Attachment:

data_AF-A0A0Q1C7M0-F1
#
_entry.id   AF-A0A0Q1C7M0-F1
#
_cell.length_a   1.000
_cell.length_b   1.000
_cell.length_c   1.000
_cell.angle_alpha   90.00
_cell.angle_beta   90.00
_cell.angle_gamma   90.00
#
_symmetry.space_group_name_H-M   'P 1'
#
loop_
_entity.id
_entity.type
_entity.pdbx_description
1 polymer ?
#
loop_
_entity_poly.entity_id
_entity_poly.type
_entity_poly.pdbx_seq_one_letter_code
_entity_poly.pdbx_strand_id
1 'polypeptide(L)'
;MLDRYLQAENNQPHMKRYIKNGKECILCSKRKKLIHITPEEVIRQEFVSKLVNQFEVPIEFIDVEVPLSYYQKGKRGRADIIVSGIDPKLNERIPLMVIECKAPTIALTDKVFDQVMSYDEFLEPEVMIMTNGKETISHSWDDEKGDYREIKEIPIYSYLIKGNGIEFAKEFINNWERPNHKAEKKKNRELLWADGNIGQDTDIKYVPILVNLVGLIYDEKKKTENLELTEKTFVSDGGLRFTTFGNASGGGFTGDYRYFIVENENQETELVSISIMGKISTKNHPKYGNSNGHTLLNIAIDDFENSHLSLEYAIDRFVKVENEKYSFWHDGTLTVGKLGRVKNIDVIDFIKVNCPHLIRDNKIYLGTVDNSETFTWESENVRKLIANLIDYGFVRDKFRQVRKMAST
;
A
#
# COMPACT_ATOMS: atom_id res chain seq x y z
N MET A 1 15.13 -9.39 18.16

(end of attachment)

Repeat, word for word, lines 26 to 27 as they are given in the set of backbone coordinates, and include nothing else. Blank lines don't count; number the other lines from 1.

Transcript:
;MLDRYLQAENNQPHMKRYIKNGKECILCSKRKKLIHITPEEVIRQEFVSKLVNQFEVPIEFIDVEVPLSYYQKGKRGRADIIVSGIDPKLNERIPLMVIECKAPTIALTDKVFDQVMSYDEFLEPEVMIMTNGKETISHSWDDEKGDYREIKEIPIYSYLIKGNGIEFAKEFINNWERPNHKAEKKKNRELLWADGNIGQDTDIKYVPILVNLVGLIYDEKKKTENLELTEKTFVSDGGLRFTTFGNASGGGFTGDYRYFIVENENQETELVSISIMGKISTKNHPKYGNSNGHTLLNIAIDDFENSHLSLEYAIDRFVKVENEKYSFWHDGTLTVGKLGRVKNIDVIDFIKVNCPHLIRDNKIYLGTVDNSETFTWESENVRKLIANLIDYGFVRDKFRQVRKMAST
;